|As promised, Los Altos City Council member David Casas came to the local high school district Monday to once again pitch his idea for having the school board's meetings televised.
The last time he sprung the idea, during a June 9 joint meeting between the two governing bodies, Casas got a chilly reception from the trustees, who were upset with the manner of his presentation. This time didn't go much better, after trustees agreed there is not enough interest from the board or community to broadcast their meetings.
Los Altos City Council meetings are carried live on public television, and Casas said the Mountain View Los Altos High School District board should also broadcast in order to promote "governance and transparency."
He first brought up the idea earlier this year, and at that time trustees worried that videotaping would distract the board members during meetings. They also said the cost <0x2014> almost $1,000 per meeting <0x2014> was too expensive, especially considering looming budget cuts.
Then on June 9, Casas, who is a high school district parent, surprised and angered both council and school board members when he announced plans for a pilot program -- paid for by his own employer -- to televise 10 of the board's meetings. Casas works as a manager for LifeScan, a subsidiary of Johnson and Johnson.
The "pilot program" idea was disavowed by his fellow council members and rejected by the trustees, who were miffed at the way he presented the idea without warning.
Casas returned to the district board Monday with a new offer: This time, televising the board's meetings would be paid for using Los Altos city funds -- specifically, a portion of $750,000 the city has received from Comcast for city fees. He said he had discussed the issue with council member Ron Packard, who attended the meeting, but not with other council members.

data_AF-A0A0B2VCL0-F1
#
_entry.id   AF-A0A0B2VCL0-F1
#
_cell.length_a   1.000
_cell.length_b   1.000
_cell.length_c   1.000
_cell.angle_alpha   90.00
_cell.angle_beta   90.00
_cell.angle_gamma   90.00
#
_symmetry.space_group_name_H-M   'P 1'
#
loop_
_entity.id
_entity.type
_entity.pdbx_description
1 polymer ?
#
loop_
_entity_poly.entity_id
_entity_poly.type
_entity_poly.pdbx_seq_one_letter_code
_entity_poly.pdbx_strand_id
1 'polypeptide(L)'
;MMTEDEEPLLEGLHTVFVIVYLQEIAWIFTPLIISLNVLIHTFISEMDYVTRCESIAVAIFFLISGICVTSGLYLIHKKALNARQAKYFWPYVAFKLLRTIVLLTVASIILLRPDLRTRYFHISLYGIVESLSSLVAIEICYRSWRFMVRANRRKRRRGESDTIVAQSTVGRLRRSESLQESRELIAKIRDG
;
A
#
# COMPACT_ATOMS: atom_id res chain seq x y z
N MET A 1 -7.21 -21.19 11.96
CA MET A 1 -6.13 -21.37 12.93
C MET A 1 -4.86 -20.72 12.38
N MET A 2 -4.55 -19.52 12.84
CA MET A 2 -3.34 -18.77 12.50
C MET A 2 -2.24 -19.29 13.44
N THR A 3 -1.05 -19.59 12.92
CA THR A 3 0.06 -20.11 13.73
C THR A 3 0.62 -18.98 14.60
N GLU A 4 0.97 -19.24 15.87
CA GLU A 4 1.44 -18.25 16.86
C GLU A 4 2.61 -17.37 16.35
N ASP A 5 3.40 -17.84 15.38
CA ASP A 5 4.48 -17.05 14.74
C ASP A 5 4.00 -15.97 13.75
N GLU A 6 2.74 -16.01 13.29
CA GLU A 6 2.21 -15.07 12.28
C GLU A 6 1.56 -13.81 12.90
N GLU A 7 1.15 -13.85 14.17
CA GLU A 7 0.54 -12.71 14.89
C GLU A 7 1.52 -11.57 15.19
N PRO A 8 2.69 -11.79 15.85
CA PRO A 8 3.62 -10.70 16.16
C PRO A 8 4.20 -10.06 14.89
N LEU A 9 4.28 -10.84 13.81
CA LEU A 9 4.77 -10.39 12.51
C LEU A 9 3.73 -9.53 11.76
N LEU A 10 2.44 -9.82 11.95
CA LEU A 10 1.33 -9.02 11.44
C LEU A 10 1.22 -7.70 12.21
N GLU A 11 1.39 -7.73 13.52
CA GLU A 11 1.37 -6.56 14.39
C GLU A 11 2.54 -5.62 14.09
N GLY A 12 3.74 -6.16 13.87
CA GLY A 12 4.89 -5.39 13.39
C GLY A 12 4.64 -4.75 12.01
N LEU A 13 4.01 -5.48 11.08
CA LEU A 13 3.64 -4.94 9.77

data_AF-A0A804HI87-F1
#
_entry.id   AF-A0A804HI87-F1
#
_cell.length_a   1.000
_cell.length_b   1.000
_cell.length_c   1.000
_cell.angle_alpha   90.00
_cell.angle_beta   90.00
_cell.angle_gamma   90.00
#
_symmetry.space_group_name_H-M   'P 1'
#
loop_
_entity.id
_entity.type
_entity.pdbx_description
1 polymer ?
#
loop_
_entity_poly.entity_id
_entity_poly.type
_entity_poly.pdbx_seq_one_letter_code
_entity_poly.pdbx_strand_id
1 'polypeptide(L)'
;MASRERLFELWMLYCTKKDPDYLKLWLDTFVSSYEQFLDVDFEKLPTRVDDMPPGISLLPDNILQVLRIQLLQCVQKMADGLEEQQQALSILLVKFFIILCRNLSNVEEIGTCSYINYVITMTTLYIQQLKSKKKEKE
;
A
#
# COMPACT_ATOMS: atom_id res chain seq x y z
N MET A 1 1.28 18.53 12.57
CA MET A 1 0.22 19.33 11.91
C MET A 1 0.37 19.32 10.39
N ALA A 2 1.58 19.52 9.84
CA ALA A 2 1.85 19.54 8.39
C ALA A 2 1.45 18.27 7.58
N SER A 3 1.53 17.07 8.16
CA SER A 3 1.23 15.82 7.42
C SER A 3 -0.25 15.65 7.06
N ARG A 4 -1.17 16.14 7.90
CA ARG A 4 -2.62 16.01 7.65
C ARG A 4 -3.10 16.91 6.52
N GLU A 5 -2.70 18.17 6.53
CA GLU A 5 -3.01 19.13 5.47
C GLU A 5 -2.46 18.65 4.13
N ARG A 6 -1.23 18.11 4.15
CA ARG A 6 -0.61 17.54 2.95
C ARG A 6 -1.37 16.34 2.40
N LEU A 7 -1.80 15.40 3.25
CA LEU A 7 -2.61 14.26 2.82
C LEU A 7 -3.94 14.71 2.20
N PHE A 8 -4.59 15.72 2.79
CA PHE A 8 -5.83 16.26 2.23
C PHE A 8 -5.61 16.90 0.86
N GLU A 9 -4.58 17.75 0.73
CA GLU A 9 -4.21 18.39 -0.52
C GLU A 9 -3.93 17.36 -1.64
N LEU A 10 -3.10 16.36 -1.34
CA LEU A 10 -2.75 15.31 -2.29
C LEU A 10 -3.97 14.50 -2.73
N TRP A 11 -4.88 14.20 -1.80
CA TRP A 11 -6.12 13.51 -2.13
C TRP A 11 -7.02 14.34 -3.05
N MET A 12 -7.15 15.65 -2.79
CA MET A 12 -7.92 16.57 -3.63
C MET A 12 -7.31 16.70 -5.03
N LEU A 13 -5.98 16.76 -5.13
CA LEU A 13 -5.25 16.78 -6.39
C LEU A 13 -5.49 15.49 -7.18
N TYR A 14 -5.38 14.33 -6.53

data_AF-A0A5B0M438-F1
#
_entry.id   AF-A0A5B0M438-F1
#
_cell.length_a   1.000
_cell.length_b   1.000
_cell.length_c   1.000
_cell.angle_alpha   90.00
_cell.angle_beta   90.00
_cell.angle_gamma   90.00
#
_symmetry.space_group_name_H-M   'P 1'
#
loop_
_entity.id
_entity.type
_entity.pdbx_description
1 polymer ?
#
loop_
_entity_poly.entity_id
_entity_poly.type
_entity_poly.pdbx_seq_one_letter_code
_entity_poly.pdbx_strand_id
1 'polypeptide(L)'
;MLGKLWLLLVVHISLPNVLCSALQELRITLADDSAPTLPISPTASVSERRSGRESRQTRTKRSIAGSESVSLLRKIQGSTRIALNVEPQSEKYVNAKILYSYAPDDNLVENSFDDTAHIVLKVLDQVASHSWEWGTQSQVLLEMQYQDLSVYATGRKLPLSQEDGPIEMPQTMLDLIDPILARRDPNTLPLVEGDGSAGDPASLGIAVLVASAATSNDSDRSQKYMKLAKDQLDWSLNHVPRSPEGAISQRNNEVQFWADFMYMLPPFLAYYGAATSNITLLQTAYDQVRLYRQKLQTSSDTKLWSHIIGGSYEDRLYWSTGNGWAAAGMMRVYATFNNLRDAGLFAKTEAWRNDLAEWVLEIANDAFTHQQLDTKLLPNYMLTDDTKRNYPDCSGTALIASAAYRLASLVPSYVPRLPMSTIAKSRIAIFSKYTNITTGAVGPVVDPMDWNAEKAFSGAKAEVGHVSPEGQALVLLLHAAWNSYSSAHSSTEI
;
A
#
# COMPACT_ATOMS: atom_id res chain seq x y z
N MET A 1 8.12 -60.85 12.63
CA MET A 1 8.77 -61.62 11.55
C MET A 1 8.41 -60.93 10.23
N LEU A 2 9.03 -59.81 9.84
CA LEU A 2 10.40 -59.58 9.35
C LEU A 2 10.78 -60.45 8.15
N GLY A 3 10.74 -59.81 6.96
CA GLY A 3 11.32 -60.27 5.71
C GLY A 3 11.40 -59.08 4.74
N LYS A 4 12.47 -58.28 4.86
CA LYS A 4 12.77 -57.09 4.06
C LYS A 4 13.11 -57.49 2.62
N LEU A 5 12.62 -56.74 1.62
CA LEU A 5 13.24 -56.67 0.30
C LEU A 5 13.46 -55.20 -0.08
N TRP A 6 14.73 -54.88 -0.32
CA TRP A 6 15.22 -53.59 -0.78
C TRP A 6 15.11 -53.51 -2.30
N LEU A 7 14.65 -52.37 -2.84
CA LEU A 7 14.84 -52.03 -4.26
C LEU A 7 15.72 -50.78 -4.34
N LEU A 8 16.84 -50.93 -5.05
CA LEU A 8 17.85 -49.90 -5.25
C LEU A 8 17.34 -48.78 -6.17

"I know there are pressing expenses," Casas told the trustees during their meeting this week. "There is a way to make this reality."
Throughout his presentation to the board, Casas said other local school districts, such as Franklin-McKinley School District in San Jose, had turned to broadcasting in the hopes of involving more residents in local discussion. But school board president Judy Hannemann turned that example on its head, saying she spoke with Franklin-McKinley district trustees about televised meetings and heard only negative things: Being on camera distracted them and caused them to bicker, she said, making the board less effective.
"It was a board that had gotten along before, and then they didn't."
Several trustees said they were once again turned off by Casas' presentation -- a perception reminiscent of the June 9 meeting, when trustees said they might have considered the idea were it not for the council member's difficult manner and lack of tact.
This week, after trustee Susan Sweeley asked several questions to clarify Casas' proposal, Casas told her, "The way I speak may not be the way you listen."
Ultimately, trustees said they could not accept an offer for Los Altos to pay for the broadcasting without consent from all of the city council members.
"I would not want to spend school money to fix potholes," Superintendent Barry Groves said later to the Voice. He added that the board makes the final decision.
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